Those whose vocation is fund-raising will see only a magnificent gift of pounds 20m. Others might put it differently: the university has been sucked into an obligation to find pounds 18m for management studies which, to put it mildly, it might have preferred to devote to an alternative purpose.
Our euphoric fund-raisers will say that Mr Said's gift will act as a magnet for further donations. Maybe. But if, as seems likely, after the five years' grace a substantial residue remains to be taken out of general funds, the university has to consider whether it would have wished to devote that amount to management studies rather than something else. Moreover, during the fund-raising period, the university is obliged to contribute to management studies the income that pounds 18m of endowment would have yielded if it had already been raised, ie approximately three quarters of a million pounds per annum. Finally, even if Mr Said's benefaction does stimulate other donors to earmark gifts for management studies up to the full matching sum needed, it is impossible to know how much of this money would have been given to Oxford anyway. Supporters of alternative causes such as the Bodleian could fairly see such amounts as losses, not gains.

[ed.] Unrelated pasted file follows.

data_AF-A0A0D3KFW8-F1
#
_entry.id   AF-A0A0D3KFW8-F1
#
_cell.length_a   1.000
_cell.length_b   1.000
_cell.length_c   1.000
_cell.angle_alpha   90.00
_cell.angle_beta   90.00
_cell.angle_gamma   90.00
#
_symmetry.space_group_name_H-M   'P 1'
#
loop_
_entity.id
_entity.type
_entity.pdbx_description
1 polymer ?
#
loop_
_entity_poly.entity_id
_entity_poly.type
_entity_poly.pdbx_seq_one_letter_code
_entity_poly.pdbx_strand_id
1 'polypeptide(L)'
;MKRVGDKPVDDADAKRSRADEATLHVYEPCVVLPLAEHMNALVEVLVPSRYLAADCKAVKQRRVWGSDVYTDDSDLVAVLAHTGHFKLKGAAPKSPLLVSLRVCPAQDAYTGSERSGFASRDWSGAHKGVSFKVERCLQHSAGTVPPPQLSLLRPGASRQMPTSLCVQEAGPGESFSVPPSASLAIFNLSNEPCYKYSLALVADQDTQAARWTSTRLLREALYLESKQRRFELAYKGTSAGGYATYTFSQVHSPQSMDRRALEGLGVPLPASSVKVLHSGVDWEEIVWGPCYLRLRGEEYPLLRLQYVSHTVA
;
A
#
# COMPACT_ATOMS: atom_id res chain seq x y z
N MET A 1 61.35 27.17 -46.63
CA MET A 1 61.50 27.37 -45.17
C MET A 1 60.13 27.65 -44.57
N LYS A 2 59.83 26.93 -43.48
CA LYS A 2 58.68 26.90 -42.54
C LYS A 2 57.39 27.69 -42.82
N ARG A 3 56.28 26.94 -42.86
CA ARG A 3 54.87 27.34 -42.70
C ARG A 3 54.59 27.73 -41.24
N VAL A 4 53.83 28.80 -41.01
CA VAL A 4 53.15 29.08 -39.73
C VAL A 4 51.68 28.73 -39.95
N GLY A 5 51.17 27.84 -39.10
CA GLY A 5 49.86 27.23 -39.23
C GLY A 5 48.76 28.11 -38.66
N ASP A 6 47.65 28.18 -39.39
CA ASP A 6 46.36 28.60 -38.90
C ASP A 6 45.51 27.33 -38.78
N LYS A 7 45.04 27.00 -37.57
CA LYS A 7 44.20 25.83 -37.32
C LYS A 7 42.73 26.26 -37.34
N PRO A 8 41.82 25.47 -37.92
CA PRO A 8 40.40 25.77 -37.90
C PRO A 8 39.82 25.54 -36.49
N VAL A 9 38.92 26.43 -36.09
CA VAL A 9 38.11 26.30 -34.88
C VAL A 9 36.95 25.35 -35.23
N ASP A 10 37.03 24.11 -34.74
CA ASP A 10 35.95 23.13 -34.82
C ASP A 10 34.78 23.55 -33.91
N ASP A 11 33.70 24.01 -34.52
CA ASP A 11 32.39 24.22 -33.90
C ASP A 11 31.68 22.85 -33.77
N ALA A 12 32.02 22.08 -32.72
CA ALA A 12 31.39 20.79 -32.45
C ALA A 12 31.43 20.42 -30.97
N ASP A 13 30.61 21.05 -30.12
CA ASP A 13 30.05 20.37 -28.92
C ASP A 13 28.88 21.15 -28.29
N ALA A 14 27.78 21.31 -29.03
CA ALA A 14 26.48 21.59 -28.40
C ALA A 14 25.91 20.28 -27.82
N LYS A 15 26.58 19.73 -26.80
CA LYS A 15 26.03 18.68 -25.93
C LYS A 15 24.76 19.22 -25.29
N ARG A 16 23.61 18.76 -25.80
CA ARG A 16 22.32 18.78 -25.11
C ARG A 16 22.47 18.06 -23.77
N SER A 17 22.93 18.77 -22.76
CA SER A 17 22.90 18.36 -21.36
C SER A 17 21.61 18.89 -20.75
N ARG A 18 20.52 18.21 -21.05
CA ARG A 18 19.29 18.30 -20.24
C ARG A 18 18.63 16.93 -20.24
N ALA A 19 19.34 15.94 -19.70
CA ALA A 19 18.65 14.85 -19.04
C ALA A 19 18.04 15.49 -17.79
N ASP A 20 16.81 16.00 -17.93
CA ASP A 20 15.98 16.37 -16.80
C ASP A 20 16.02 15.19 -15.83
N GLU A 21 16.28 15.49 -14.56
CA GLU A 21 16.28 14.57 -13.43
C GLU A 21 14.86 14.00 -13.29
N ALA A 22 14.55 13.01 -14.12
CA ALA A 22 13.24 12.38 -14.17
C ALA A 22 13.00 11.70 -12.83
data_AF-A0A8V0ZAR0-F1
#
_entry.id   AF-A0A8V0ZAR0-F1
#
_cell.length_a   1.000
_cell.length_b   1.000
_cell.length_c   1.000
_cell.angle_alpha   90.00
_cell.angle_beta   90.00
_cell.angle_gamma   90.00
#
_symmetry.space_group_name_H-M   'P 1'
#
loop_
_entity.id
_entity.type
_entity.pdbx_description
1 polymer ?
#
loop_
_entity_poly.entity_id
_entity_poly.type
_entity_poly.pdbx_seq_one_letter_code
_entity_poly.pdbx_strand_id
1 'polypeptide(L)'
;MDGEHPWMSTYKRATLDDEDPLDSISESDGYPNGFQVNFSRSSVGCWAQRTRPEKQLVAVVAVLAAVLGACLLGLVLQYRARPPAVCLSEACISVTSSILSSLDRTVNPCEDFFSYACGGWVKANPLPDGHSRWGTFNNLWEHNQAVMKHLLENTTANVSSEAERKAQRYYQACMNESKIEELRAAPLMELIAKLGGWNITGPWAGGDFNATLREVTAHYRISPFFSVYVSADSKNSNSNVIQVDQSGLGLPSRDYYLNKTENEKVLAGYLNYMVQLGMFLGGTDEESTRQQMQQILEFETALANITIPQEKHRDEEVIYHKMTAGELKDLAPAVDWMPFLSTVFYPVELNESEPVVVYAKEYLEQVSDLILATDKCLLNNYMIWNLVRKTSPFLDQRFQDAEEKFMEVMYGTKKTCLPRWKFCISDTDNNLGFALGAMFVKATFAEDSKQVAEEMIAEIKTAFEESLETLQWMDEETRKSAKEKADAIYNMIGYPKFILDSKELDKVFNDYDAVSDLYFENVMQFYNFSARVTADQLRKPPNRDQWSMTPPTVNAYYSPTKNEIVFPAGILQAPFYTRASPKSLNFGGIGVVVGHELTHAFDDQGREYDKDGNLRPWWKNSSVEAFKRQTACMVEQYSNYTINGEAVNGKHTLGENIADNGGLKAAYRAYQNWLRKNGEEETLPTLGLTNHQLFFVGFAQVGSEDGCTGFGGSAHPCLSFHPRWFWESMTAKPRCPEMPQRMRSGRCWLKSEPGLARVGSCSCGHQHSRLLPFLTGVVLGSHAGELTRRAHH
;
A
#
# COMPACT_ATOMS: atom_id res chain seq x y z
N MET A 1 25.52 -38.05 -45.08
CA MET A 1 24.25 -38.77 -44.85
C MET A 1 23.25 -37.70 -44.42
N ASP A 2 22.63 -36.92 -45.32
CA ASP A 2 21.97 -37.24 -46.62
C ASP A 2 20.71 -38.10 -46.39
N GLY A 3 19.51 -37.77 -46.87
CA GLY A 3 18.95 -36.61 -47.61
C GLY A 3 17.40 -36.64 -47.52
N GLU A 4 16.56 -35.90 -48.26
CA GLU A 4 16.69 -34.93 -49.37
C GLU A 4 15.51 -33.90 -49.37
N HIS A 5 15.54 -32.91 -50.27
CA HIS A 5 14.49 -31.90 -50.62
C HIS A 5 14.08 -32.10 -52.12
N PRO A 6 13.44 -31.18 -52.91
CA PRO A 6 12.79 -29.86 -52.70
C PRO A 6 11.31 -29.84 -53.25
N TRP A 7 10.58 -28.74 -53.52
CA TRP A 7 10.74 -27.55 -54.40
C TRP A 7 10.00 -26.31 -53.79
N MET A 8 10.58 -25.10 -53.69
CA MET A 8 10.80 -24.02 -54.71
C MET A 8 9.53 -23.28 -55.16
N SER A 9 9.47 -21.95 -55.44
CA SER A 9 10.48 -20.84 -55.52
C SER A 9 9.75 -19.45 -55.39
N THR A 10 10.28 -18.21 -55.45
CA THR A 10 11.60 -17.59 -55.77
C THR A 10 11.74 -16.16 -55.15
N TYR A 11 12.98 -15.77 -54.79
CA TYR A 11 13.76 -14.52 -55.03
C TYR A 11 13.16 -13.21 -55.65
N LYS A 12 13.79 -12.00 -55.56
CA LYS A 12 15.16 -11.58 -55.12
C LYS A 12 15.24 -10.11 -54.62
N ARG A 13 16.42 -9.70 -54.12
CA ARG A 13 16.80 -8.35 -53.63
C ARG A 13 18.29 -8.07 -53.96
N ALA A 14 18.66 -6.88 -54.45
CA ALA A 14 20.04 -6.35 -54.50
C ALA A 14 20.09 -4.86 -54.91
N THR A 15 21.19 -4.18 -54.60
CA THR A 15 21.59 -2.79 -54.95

Some of us will be voting against accepting Mr Said's generous offer when the matter is debated in Congregation on Guy Fawkes Day this year.